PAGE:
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Afghan constitution gives hope for peace
( 2004-01-05 16:31) (Agencies)

A new constitution in the bag, delegates to Afghanistan's landmark grand council were preparing to head home Monday after three exhausting weeks of debate on how to revive their war-trampled country.

The 502-member council, or loya jirga, approved a new charter on Sunday for the post-Taliban era, installing a presidential system at the heart of a tolerant Islamic state.

U.S. President Bush said the new constitution marks a historic step forward after the removal two years ago of the strictly Islamic government of the Taliban militia, which allowed Osama bin Laden to use Afghanistan as a base of operations.

"A democratic Afghanistan will serve the interests and just aspirations of all of the Afghan people and help ensure that terror finds no further refuge in that proud land," Bush said in a statement.

On Monday, Afghan President Hamid Karzai invited the delegates to stay on for two more days at the Kabul college campus where they met during the gathering.

There were also celebratory lunch and dinner receptions to attend.

But many delegates were keen to go back to their villages, relieved that a bruising final debate over language rights had been resolved.

"Now I have something in my hand," said Abdul Fatah, a delegate from eastern Khost province, heading out of the still closely guarded site into the capital to visit relatives.

"It would have been a disgrace if we hadn't reached agreement after such a lot of talking. What would we have said to our people?" he said.

The charter creates the strong presidency that Karzai says is critical to uniting a country torn by almost a quarter century of fighting.

But the haggling also irritated ethnic tensions that could cast a shadow over landmark presidential elections scheduled for June. Parliamentary elections are expected to follow next year.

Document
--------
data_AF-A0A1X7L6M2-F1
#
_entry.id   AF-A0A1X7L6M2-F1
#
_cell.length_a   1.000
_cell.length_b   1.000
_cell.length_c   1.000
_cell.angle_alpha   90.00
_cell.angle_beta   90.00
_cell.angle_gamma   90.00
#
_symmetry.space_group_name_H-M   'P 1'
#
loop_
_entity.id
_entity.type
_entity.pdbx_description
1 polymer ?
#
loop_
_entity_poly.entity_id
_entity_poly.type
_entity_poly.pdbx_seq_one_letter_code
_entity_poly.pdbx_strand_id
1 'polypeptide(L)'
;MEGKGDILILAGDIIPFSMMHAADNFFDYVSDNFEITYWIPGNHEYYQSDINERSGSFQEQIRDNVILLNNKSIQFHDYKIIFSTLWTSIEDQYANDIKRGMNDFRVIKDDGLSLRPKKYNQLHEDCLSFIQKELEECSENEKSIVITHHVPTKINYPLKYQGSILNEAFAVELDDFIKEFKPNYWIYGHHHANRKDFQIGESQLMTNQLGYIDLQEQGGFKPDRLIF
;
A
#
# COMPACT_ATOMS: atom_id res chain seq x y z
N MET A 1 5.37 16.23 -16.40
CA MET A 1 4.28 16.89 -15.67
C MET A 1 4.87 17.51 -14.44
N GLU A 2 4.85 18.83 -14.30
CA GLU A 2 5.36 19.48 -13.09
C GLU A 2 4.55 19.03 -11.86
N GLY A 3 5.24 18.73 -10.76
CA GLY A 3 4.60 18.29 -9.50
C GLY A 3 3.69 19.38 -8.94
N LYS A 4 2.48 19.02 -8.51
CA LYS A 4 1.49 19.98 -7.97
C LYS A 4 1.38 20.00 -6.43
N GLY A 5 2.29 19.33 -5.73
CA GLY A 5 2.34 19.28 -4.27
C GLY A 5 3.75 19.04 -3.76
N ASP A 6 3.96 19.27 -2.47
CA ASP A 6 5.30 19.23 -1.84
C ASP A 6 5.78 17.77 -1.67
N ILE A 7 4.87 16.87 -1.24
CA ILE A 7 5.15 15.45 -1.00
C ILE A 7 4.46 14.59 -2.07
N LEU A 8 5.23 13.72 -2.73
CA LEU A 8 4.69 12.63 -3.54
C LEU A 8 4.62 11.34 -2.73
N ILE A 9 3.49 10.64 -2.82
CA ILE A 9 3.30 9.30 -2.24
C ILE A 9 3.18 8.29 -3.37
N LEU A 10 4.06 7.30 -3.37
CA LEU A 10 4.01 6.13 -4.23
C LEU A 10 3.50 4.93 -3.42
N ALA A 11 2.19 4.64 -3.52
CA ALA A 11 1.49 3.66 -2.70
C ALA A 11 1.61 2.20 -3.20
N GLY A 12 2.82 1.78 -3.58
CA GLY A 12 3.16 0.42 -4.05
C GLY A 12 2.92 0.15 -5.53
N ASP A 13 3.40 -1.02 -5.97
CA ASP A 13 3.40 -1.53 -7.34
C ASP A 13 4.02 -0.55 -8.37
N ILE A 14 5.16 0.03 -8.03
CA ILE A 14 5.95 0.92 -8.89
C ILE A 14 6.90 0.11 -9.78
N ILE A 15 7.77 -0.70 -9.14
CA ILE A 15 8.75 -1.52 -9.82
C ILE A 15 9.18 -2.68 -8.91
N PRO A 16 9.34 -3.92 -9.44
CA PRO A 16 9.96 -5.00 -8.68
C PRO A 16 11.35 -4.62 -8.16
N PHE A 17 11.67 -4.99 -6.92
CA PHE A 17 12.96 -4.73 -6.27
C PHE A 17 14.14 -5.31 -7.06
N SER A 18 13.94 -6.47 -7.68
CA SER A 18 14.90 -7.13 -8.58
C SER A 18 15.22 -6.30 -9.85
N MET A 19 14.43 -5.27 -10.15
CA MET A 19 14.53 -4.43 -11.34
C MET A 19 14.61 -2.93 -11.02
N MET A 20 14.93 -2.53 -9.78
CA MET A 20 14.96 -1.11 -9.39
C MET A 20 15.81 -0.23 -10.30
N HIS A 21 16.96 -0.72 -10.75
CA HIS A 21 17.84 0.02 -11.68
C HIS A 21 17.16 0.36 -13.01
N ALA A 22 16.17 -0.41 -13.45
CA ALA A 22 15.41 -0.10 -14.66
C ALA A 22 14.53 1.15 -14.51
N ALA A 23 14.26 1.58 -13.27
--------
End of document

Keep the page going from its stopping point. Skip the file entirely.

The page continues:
"This is the success of the whole Afghan nation," Karzai said at the closing ceremony on Sunday evening. "We should respect it, we should implement it."

With a deal secured, leaders had been were keen to play down the ethnic rift Karzai pledging to learn Uzbek, the language at the group that almost scuttled the accord, and challenging rivals to campaign in his Pashtun heartland.

Karzai supporters compromised with Islamic hard-liners and scaled back some of the far-reaching presidential powers he had pushed for in the face of opposition from regional faction leaders.

Sidiq Chakari, a Tajik delegate and spokesman for former President Burhanuddin Rabbani, said the deal was a milestone on the way to peace.

"It's a very big achievement. I do hope it will bring friendship between our ethnic groups," Chakari said. "Everybody wants to switch to disarmament and reconstruction."

U.N. Special Representative Lakhdar Brahimi urged the assembled ministers and ethnic leaders, many of whom control private armies, to take action against abusive warlords who create fear among civilians.

In three weeks of debate, religious conservatives forced through amendments requiring laws to be in accordance with Islam possibly including a ban on alcohol.

But the document also states that men and women should be treated equally a key demand of human rights groups.

In the most bruising tussle, northern minorities such as the Uzbeks and Turkmen won official status for their languages in the areas where they are strongest.

Rivals of Karzai, mainly from the Tajik-dominated Northern Alliance faction that helped U.S. forces drive out the Taliban, strengthened parliament with amendments granting veto power over key appointments and policies.

But with no provision for a prime minister or strong regional councils, the wide-ranging powers sought by Karzai in a draft released in November appeared to have survived mainly intact.

The charter makes the president commander in chief of the armed forces, charges him with determining the nation's fundamental policies and gives him considerable power to press legislation.

 
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